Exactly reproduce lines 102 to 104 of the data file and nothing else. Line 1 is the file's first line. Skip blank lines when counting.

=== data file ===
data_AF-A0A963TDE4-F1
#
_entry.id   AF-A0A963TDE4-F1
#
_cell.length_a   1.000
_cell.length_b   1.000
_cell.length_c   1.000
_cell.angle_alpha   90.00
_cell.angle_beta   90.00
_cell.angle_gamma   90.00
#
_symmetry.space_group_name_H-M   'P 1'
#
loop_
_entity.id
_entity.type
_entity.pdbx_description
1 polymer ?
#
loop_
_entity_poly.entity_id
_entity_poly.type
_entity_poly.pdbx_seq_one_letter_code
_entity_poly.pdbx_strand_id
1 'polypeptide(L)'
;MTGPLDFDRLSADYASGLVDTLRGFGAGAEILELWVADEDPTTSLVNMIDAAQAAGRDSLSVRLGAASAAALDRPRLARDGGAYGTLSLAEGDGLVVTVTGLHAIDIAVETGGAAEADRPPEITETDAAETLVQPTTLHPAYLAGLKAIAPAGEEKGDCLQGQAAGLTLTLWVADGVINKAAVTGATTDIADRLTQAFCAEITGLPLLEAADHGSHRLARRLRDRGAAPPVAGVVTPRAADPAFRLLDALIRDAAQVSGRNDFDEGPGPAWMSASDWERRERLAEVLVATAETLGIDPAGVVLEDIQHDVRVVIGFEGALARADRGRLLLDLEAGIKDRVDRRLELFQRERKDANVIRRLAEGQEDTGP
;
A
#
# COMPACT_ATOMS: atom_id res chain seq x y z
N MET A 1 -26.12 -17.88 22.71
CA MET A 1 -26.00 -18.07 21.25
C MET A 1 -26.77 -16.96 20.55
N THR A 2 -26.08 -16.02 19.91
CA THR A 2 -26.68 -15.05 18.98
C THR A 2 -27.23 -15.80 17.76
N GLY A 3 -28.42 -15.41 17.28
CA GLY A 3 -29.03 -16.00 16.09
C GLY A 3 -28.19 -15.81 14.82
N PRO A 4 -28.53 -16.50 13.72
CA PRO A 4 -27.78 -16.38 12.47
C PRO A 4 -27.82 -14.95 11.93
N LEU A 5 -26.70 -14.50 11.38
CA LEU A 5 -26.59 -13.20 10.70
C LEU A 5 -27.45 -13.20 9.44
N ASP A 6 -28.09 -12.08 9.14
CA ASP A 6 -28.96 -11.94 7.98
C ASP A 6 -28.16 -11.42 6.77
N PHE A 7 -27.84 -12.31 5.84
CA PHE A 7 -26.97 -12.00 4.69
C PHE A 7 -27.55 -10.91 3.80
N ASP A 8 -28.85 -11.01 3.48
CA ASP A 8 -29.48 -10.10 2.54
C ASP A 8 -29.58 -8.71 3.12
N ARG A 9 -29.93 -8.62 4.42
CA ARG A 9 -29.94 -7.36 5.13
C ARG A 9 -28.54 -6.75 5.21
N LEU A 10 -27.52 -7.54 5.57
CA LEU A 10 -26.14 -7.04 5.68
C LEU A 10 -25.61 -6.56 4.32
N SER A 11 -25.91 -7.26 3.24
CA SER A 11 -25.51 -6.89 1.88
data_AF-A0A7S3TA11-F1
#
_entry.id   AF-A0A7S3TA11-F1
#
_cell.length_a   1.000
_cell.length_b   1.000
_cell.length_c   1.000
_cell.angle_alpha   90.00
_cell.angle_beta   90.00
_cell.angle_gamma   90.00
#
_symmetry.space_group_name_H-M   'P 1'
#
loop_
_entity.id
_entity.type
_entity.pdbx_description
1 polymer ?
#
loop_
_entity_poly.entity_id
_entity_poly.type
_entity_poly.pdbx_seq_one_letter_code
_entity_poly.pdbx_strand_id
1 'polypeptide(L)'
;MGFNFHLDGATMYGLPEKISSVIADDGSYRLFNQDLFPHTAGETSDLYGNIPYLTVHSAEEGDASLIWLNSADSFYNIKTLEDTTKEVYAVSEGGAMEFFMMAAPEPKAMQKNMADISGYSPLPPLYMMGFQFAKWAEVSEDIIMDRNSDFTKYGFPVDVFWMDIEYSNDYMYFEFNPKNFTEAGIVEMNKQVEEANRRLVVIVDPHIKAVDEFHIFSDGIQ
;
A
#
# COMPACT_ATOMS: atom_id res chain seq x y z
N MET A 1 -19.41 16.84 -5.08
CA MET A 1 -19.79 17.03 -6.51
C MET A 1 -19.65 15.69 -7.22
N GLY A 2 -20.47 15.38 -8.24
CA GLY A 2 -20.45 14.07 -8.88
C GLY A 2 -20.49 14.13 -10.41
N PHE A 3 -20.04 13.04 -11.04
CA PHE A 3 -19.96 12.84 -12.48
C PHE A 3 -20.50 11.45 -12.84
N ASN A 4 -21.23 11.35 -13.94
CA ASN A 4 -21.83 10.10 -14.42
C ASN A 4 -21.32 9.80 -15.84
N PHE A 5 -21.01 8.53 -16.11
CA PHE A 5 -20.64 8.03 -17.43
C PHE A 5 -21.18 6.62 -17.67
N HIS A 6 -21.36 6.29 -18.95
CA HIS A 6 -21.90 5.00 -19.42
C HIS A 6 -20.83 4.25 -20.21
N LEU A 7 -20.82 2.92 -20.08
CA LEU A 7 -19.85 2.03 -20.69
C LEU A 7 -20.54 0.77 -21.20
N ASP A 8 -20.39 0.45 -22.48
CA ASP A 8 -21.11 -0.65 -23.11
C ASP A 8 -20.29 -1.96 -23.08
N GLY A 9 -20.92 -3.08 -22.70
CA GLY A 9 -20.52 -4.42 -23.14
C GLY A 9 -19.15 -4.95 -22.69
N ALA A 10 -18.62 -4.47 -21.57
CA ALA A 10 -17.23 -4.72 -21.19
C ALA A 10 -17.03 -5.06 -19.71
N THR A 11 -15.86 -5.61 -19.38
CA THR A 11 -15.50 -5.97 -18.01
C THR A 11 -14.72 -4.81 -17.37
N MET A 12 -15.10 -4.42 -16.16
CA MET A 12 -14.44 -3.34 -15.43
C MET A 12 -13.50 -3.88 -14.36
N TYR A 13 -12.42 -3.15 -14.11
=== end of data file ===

N ASN A 4 -21.23 11.35 -13.94
CA ASN A 4 -21.83 10.10 -14.42
C ASN A 4 -21.32 9.80 -15.84